Create the right environment. Taking into account the types of patients you treat, pay attention to the surroundings the patient will see. Make sure the area is clean and free of clutter, as well as personal and private information. Ensure there is an interesting and visually background with minimal distractions. For example, my home office is set up with inspirational quotes and butterflies on the wall behind me. I also usually have soft music playing to create a relaxing atmosphere.
One of the consequences of the pandemic is the dramatic growth of Telehealth and Telemedicine. But how can doctors and providers best care for their patients when they are not physically in front of them? What do doctors wish patients knew in order to make sure they are getting the best results even though they are not actually in the office? How can Telehealth approximate and even improve upon the healthcare that traditional doctors’ visits can provide?
In this interview series, called “Telehealth Best Practices; How To Best Care For Your Patients When They Are Not Physically In Front Of You” we are talking to successful Doctors, Dentists, Psychotherapists, Counselors, and other medical and wellness professionals who share lessons and stories from their experience about the best practices in Telehealth. As a part of this series, I had the pleasure of interviewing Valerie Carmel.
Valerie Carmel is the CEO of Valerie Carmel Therapy, LLC and is a Licensed Clinical Social Worker, Author, and Speaker. Her completely virtual practice provides treatment for a wide range of mental disorders in Florida and Nevada. As a proud alum of Florida State University and Florida International University, she has almost 20 years of therapy experience with additional certifications in telehealth, anxiety and trauma. She is passionate about her mission to support Black women to take control of their mental health to transition from surviving to thriving, as she shares her own transparent journey of living with anxiety.
Thank you so much for joining us in this interview series! Before we dive in, our readers would love to “get to know you” a bit better. Can you tell us a bit about your ‘backstory’ and how you got started?
Sure! I’ve been a therapist for almost 20 years and have struggled with my own history of depression, miscarriages, and basically just life. In 2019, I got a promotion at my 9–5, wrote a book, and launched my business all while being a single mother. On the surface, I was crushing all my goals but it wasn’t until I started having panic attacks that I had to face the truth. I was taking care of EVERYONE better than myself and needed to take my own advice. So, I started to take control of my mental health and realized how many other Black women were having similar experiences but were too embarrassed or scared to talk about it. I decided then to be transparent about my struggles to reduce the stigma of mental illness and provide tools, knowledge, and support to other Black women to thrive.
Can you share the most interesting story that happened to you since you began your career?
Several years ago, I had lost my job and took a position I didn’t really enjoy but needed the money. It was mentally and physically exhausting, as it was far away from my home and I had to drive around doing therapy. I was pretty discouraged and frustrated with the state of my life, but every day coming from the job I HATED, I would see the billboard of the place I really wanted to work. Every time I drove past that sign, I would say “that’s where I’m going to work”. This went on for months until one day at a community Halloween event I ran into someone I knew who worked there. I went over to hug her and the first thing she said was “Do you live here now because we need a social worker!” A few weeks later I started working there and stayed until I relocated to another part of the state. I loved working there and I still maintain many of those friendships to this day.
Can you please give us your favorite “Life Lesson Quote”?
There are so many but one of my favorite quotes would have to be “grow through what you go through”. Can you share how that was relevant to you in your life? I’ve had my share of struggles just like everyone else. I’ve lost my job, had multiple miscarriages, dealt with insecurities and doubt, experienced depression, loss my dad, and manage anxiety and panic attacks. Any of those situations could have made me want to give up on my dreams and myself. But then I remember, rain falls on the just and unjust; NO ONE is exempt from hard times. I have used my faith and journaling to create a wellness routine. My pillars are self-awareness, self-care and self-growth. Together, my focus on these 3 areas enables me to experience consistent personal growth and be prepared for future successes.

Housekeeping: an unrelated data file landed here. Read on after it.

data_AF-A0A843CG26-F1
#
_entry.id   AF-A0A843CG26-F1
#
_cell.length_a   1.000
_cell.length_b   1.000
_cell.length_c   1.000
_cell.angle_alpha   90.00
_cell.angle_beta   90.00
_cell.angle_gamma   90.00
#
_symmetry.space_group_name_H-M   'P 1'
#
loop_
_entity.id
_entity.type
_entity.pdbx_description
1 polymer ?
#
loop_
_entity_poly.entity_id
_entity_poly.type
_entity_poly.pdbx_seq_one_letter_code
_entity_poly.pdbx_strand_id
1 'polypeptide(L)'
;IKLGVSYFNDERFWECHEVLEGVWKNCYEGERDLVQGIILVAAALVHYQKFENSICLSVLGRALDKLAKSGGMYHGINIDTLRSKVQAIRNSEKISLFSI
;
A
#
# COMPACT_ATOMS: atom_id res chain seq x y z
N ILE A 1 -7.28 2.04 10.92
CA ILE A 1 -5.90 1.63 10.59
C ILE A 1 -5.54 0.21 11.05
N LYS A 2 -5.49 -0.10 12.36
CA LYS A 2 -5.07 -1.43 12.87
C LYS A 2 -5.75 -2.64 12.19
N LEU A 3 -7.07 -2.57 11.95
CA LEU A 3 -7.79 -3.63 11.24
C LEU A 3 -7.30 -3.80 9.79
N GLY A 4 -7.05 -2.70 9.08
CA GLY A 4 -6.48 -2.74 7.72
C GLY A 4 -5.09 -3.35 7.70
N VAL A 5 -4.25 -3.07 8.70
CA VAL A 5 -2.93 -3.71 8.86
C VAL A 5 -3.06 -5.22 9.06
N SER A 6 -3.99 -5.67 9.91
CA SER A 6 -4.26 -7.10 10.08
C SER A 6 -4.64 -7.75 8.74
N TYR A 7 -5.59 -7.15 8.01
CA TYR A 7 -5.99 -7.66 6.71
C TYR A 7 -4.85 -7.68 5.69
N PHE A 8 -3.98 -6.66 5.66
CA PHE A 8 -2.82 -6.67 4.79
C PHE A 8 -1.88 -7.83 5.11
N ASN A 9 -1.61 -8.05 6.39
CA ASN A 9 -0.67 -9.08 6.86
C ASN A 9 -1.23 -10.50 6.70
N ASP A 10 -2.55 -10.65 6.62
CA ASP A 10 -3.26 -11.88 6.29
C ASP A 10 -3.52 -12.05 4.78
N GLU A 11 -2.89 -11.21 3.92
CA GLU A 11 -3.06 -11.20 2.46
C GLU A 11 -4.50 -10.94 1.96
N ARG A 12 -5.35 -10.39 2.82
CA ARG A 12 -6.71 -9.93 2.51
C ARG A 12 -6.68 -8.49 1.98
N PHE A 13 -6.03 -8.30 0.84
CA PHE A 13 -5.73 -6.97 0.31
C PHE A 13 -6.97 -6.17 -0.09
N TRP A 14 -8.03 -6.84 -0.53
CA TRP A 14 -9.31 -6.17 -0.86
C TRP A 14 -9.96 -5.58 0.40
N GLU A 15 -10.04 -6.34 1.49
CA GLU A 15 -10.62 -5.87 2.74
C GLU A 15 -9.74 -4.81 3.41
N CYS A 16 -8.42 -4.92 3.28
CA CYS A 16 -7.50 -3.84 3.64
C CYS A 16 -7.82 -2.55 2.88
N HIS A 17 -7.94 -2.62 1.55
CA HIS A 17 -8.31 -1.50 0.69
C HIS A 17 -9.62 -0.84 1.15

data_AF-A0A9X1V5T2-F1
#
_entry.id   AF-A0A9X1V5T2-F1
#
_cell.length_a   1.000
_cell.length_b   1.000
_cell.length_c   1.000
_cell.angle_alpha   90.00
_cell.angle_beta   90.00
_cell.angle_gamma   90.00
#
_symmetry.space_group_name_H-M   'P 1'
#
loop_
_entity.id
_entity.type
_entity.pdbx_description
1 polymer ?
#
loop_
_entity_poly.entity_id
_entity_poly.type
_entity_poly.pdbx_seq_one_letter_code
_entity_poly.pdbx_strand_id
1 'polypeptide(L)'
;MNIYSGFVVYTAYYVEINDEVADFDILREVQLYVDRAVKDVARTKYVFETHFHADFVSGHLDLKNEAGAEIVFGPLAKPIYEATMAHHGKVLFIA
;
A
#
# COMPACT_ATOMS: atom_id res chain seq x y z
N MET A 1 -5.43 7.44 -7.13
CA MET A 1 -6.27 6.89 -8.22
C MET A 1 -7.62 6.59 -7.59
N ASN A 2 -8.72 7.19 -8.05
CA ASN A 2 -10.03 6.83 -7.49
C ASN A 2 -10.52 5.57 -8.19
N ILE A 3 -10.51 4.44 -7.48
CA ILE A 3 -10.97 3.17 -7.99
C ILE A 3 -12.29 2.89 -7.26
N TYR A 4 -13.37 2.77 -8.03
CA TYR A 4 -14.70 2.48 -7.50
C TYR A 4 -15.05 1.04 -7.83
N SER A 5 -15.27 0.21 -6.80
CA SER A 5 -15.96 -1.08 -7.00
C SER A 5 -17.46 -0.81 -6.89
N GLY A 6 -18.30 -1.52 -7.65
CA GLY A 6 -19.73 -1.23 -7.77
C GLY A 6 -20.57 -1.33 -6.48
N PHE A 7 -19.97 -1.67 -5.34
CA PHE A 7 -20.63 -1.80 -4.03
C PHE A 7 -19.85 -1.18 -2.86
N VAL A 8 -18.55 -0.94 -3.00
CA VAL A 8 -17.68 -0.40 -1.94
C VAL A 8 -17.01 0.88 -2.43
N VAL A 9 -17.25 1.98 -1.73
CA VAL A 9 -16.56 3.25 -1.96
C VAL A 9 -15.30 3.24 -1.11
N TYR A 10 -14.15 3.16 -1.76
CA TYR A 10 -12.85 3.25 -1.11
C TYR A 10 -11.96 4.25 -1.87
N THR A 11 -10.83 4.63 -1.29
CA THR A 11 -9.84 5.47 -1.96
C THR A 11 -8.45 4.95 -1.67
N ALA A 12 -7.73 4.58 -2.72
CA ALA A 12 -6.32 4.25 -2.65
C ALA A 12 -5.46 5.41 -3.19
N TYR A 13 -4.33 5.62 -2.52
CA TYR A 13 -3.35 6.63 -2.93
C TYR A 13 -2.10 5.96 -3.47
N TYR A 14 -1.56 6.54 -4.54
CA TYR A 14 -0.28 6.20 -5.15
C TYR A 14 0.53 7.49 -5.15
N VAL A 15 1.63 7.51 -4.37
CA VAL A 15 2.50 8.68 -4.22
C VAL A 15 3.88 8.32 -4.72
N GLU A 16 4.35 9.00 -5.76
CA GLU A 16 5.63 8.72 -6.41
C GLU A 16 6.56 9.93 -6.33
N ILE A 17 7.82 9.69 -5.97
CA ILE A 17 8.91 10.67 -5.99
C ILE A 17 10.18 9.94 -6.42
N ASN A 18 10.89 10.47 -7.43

None of us are able to achieve success without some help along the way. Is there a particular person who you are grateful towards who helped get you to where you are?
Although there are so many people, professionally that would be my friend Tara. Can you share a story about that? Until about a few years ago, I hated public speaking, but Tara saw a talent in me that I didn’t see in myself. She pushed, annoyed and pretty much “voluntold” me to speak at a trauma conference. Since then, I have presented and trained so many other people within non-profits, at professional conferences and more. Without her encouragement, I never would have challenged myself.
Ok wonderful. Let’s now shift to the main focus of our interview. The pandemic has changed so many things about the way we behave. One of them of course, is how doctors treat their patients. Many doctors have started treating their patients remotely. Telehealth can of course be very different than working with a patient that is in front of you. This provides great opportunity because it allows more people access to medical professionals, but it can also create unique challenges. To begin, can you articulate for our readers a few of the main benefits of having a patient in front of you?
Well, for one familiarity. Historically, we have done most of our interactions with people in-person and understand the social norms and etiquette expected. In addition, in-person visits allow you to observe more of someone’s body language and behaviors. With about 80% of our communication being non-verbal, being in-person helps you catch more of those nuisances.
On the flip side, can you articulate for our readers a few of the main challenges that arise when a patient is not in the same space as the doctor? I think the biggest challenges have to do with the loss of control as it relates to distractions, privacy, and technical issues. Virtual interactions require a focus on 2 separate environments, yours and the patient’s. While you may take all the necessary steps to manage these issues on your end, you have no control over the environmental factors around the patient. The patient could be meeting with you in their car and the connection is spotty. The patient could be talking to you in a public setting (like work, coffee shop, etc.) where their protected information may be overheard by others. They might be at home with its own set of distractions like family, pets, chores or Netflix.